Finance Minister Bill Morneau is facing calls to resign after telling MPs that he cut a cheque for over $41,000 to repay travel expenses incurred by the WE organization related to two 2017 trips his family took with the organization.
Morneau said he wrote the cheque today — prior to going before the House of Commons finance committee to answer questions about his government’s decision to task WE with administering a $912-million student volunteering program.
Morneau said that after conducting a review of his family’s finances in recent days, he found documentation confirming that he already had repaid $52,000 in expenses for hotels and flights related to the trips to Ecuador and Kenya to view the organization’s humanitarian work — but failed to locate receipts related to the WE programming he and his family members participated in during the trips.
After reaching out to the WE organization to learn the total amount of expenses WE incurred, Morneau said, he had his assistant write a cheque for $41,366.
“I expected and always had intended to pay the full cost of these trips, and it was my responsibility to make sure that was done,” Morneau told MPs on the committee.
“Not doing so, even unknowingly, is not appropriate. I want to apologize for this error on my part.”
Morneau also said his family has made two donations totalling $100,000 to the We Charity — one in April 2018 and one in June of this year — to support the charitable organization’s work with students in Canada and for COVID-19 relief in Kenya, respectively.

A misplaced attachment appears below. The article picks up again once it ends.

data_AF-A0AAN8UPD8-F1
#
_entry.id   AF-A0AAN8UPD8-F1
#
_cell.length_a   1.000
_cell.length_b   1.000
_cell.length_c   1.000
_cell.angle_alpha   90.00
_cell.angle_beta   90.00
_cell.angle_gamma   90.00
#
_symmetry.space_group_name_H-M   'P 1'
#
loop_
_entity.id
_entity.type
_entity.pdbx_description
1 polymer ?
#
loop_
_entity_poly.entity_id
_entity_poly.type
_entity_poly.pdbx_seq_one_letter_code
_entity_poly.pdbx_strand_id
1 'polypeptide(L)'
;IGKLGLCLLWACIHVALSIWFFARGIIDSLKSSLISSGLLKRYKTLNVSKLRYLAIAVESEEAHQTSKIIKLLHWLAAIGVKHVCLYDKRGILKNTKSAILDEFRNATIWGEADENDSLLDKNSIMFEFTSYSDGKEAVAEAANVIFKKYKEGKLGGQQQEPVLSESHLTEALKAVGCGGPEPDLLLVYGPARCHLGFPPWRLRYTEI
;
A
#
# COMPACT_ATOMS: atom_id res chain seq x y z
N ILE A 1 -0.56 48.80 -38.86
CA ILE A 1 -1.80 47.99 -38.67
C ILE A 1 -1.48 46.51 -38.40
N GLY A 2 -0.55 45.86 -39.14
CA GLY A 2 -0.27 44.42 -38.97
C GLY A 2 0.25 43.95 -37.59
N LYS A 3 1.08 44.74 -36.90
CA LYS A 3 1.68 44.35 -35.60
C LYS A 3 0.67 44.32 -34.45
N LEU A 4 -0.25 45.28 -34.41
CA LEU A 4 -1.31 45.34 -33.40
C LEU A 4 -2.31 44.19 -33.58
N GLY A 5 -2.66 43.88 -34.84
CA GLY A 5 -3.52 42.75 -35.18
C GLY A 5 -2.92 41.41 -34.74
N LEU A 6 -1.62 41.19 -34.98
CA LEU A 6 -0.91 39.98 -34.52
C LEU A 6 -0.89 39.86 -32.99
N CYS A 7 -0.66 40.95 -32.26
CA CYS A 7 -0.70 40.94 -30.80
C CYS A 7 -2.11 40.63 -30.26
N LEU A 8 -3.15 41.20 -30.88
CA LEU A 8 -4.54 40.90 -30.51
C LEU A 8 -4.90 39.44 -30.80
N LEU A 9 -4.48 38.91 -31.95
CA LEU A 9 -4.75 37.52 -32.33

“The work that WE and organizations like them do is important to me,” Morneau said.
Liberal government embroiled in controversy
The revelations come as the Liberal government is under fire for its close ties to the charity organization it chose to administer its student volunteer program, the Canada Student Service Grant (CSSG).
Neither Morneau nor Prime Minister Justin Trudeau — who also has family ties to WE — recused themselves from cabinet discussions on awarding the contract, which would have seen WE receive more than $43.5 million to oversee the program.
The decision to give WE sole responsibility for the program has been widely criticized since it emerged that the organization has paid Trudeau’s mother and brother hundreds of thousands of dollars in speaking fees, and that Morneau’s daughter is employed by WE’s travel division.
Both Morneau and Trudeau are being investigated by the federal ethics watchdog for possible violations of conflict of interest rules.